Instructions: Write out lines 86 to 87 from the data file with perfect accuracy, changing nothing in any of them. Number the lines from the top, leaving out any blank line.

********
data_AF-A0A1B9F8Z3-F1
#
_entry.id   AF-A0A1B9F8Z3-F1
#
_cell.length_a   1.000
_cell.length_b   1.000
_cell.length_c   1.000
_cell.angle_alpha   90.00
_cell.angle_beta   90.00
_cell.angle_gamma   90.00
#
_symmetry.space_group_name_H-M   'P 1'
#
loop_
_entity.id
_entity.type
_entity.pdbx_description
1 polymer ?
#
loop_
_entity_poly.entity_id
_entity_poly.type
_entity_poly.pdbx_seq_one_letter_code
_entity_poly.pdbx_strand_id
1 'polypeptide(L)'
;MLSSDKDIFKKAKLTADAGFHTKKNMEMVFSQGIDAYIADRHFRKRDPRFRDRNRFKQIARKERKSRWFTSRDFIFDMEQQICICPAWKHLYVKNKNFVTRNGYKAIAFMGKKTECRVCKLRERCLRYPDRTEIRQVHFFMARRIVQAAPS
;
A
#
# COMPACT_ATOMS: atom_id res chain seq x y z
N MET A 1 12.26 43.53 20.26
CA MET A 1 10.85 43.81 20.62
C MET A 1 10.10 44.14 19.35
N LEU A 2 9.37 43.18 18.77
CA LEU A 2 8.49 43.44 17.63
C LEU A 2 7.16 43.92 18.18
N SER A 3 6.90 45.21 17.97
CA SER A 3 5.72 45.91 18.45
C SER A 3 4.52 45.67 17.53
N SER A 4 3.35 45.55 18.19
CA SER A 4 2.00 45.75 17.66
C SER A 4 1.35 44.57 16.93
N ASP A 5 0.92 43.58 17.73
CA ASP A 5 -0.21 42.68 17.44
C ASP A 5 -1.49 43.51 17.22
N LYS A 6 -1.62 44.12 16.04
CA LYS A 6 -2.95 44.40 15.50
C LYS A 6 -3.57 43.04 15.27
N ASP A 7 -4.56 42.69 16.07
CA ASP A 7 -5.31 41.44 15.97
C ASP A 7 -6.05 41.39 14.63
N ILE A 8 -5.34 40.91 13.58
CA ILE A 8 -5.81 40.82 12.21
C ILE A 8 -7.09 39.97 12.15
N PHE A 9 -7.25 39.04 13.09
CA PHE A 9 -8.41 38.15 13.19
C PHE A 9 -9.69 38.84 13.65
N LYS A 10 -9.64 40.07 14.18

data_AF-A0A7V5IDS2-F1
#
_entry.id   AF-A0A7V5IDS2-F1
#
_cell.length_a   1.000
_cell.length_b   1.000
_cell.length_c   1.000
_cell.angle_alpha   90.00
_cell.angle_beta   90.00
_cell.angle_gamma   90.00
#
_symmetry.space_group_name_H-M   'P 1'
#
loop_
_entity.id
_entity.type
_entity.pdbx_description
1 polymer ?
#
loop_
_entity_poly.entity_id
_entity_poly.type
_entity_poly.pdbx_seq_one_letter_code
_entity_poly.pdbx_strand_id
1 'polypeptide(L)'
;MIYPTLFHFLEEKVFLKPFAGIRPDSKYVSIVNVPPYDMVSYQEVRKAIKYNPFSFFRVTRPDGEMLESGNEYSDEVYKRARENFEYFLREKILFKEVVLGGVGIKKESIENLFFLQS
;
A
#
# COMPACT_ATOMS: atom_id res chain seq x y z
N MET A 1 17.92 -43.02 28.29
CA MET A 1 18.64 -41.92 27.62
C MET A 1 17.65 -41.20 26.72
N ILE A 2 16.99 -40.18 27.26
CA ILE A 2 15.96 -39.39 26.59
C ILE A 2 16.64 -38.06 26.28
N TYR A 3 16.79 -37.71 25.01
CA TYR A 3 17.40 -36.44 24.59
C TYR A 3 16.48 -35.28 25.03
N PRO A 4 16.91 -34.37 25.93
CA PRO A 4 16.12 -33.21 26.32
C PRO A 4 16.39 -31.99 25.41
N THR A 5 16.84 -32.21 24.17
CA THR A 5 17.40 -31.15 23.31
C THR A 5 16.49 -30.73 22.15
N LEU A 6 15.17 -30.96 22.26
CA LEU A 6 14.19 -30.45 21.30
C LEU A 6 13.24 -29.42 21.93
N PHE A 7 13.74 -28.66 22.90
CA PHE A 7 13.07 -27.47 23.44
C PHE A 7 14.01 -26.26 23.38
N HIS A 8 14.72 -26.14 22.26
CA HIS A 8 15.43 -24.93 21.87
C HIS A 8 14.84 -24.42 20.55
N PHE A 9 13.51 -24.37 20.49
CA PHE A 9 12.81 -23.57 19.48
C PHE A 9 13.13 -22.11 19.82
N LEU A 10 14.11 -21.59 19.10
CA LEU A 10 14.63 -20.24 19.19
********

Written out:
A
#